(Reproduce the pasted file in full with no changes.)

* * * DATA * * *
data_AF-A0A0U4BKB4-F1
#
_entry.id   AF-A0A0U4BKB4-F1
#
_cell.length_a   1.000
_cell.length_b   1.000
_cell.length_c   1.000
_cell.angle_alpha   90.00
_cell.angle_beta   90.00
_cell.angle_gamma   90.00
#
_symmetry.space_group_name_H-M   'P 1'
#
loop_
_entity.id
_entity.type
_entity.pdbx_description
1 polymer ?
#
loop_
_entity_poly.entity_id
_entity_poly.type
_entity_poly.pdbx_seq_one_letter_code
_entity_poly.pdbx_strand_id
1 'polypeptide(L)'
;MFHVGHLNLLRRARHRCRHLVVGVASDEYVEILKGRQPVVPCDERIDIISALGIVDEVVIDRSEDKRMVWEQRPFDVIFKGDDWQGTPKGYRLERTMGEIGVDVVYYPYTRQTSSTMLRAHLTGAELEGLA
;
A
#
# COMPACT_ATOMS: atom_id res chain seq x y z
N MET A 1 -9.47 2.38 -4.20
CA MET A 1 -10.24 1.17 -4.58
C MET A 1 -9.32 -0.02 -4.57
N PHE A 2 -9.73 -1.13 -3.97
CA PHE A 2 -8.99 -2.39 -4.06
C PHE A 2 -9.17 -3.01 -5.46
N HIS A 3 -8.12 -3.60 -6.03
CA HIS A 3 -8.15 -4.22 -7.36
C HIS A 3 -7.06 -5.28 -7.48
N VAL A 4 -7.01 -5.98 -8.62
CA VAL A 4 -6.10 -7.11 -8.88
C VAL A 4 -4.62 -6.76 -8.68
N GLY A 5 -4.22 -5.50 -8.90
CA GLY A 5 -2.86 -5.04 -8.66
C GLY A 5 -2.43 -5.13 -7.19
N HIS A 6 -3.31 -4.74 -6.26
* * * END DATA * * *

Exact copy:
data_AF-A0A0U4BKB4-F1
#
_entry.id   AF-A0A0U4BKB4-F1
#
_cell.length_a   1.000
_cell.length_b   1.000
_cell.length_c   1.000
_cell.angle_alpha   90.00
_cell.angle_beta   90.00
_cell.angle_gamma   90.00
#
_symmetry.space_group_name_H-M   'P 1'
#
loop_
_entity.id
_entity.type
_entity.pdbx_description
1 polymer ?
#
loop_
_entity_poly.entity_id
_entity_poly.type
_entity_poly.pdbx_seq_one_letter_code
_entity_poly.pdbx_strand_id
1 'polypeptide(L)'
;MFHVGHLNLLRRARHRCRHLVVGVASDEYVEILKGRQPVVPCDERIDIISALGIVDEVVIDRSEDKRMVWEQRPFDVIFKGDDWQGTPKGYRLERTMGEIGVDVVYYPYTRQTSSTMLRAHLTGAELEGLA
;
A
#
# COMPACT_ATOMS: atom_id res chain seq x y z
N MET A 1 -9.47 2.38 -4.20
CA MET A 1 -10.24 1.17 -4.58
C MET A 1 -9.32 -0.02 -4.57
N PHE A 2 -9.73 -1.13 -3.97
CA PHE A 2 -8.99 -2.39 -4.06
C PHE A 2 -9.17 -3.01 -5.46
N HIS A 3 -8.12 -3.60 -6.03
CA HIS A 3 -8.15 -4.22 -7.36
C HIS A 3 -7.06 -5.28 -7.48
N VAL A 4 -7.01 -5.98 -8.62
CA VAL A 4 -6.10 -7.11 -8.88
C VAL A 4 -4.62 -6.76 -8.68
N GLY A 5 -4.22 -5.50 -8.90
CA GLY A 5 -2.86 -5.04 -8.66
C GLY A 5 -2.43 -5.13 -7.19
N HIS A 6 -3.31 -4.74 -6.26